JPMorgan Chase kicked off earnings season today (Jan. 14) for the banking giants, beating expectations, as Jamie Dimon’s empire showed that the outlook isn’t all doom and gloom for the big banks.
After all, JPMorgan’s fourth-quarter earnings posted a profit of $5.4 billion — a 10 percent increase from last year’s Q4. Revenue, however, was just up 1 percent on the same quarter to roughly $23.7 billion. The full year profit for 2015 was a record $24.4 billion on a revenue of $96.6 billion.
That profit was attributed to the bank’s efforts, like its counterparts, to cut costs and reduce staff (which it did so by 14,000 people in Q4 alone). Since 2012, the bank has cut nearly 43,000 positions.
Cutting costs has been easier to do on the workforce side since fewer and fewer consumers are stepping into banks, instead turning online and to mobile apps. JPMorgan’s mobile banking side continues to lead in the industry, with Q4’s figures showing Chase now has 23 million customers, which is a 20 percent increase from the year prior. Deposits are also up 10 percent on the year.
“The consumer business continues to gather deposits, outpacing the industry. Markets were somewhat quieter, and we saw the impact reflected in the results of our trading and Asset Management businesses,” Dimon, JPMorgan’s Chairman and CEO, wrote in the company earnings release. “On operating leverage, we delivered core efficiencies while continuing to invest in innovation and technology, infrastructure and talent – crucial for protecting the company and customers, and for our growth.”
“The firm is getting safer and stronger each year. We are continuing to adjust our strategy to the new world and to meeting all requirements. We see exciting opportunities to invest for the future, to continue to deliver better and faster for our clients and customers,” Dimon concluded.
On the payments side, credit card sales volume was up 6 percent, and merchant processing volume was up 12 percent. For small business, JPMorgan Chase provided $22 billion of credit for U.S. small businesses. For consumers, the bank provided $233 billion of credit.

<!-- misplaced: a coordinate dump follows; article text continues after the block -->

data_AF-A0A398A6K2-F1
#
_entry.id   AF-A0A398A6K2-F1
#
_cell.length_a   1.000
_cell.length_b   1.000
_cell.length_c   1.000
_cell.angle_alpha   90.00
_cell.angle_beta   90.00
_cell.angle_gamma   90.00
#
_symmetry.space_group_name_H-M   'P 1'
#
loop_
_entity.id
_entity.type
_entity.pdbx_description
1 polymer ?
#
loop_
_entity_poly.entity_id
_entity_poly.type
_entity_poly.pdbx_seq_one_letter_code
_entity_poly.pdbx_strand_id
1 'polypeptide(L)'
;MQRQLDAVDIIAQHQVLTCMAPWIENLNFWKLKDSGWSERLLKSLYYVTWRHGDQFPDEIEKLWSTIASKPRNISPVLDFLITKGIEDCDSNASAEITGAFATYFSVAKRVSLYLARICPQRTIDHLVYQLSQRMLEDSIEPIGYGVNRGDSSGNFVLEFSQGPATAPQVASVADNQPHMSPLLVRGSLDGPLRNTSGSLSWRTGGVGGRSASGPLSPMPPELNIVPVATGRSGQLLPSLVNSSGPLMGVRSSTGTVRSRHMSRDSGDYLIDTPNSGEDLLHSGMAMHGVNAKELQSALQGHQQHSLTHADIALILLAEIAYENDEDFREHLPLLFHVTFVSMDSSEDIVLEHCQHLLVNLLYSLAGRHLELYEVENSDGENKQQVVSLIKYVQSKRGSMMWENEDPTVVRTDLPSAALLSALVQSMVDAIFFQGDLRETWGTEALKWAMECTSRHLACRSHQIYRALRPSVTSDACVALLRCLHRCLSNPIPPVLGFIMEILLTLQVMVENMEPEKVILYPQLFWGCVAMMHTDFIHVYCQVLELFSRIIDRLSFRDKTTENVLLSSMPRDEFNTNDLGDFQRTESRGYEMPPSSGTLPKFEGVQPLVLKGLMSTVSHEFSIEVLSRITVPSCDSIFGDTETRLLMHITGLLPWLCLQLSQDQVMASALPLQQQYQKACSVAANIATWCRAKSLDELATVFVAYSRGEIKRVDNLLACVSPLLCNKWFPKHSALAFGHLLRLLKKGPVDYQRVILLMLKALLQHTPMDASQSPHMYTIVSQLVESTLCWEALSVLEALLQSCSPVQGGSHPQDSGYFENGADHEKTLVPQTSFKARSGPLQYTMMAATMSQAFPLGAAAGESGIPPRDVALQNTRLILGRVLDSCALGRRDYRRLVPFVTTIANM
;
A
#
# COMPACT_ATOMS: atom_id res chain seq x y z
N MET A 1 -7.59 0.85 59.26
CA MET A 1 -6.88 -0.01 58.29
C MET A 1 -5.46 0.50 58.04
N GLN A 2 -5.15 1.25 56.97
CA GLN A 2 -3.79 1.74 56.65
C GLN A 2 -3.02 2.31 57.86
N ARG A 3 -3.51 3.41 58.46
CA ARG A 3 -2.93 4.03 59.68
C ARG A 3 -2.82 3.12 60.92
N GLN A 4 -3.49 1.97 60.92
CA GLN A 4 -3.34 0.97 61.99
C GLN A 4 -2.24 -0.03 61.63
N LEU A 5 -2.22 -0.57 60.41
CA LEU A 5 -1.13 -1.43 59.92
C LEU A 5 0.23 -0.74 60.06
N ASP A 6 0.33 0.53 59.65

As Dimon hinted above, there are still challenges ahead for the federal regulations on big banks, which has made capital requirements stricter on banks following the financial crisis. A year ago, during the company’s 2015 Q4 earnings call, Dimon went as far as saying: “Banks are under assault. We have five or six regulators coming at us on every issue.”
That was at the same time there was pressure from regulators to split the bank into two in order to maintain two strong organizations instead of one massive banking giant. But Dimon wasn’t buying it, saying that “the company is an extremely powerful thing. [Size] isn’t the determinant.”
In the end, Dimon said then that the bank will only split if the regulators make them do so. And there hasn’t been much chatter since.
Regulators’ concerns suggest that size is an issue, particularly if another major recession hits again, but Dimon claims that “diversification was why [JPMorgan] was able to wade through the crisis. Dimon recognized in 2015’s Q4 (when the bank missed its earnings expectations, posting a 6.6 percent drop in quarterly profit after it shelled out more than $1 billion in penalties and legal expense for the bank’s actions in the foreign exchange markets), that the company doesn’t make long-term decisions based on the “current narrative.”
“The company has earned good returns in all its businesses throughout this crisis. And I’m going back 2010, 2011, 2012, and that’s a sign of stability. … The model works from a business standpoint,” he said.
Fast forward to today, and it appears that model is working out for Dimon.
But of course, with the shaky stock market, especially as China’s economic slowdown has sent a ripple effect into the U.S. market, it could be a rocky year ahead. And during JPMorgan’s earnings call, CFO Marianne Lake noted that the year has been “challenging” so far, but she noted that it’s too early to speculate on what the year will bring.
And then there’s the ongoing issue of dealing with the Fed, but even Dimon, following his typical response, said that he isn’t overly worried about decisions the Fed makes regarding regulation and rate hikes.
“Whatever it is, we’ll deal with it,” he said on a call with with analysts Thursday morning.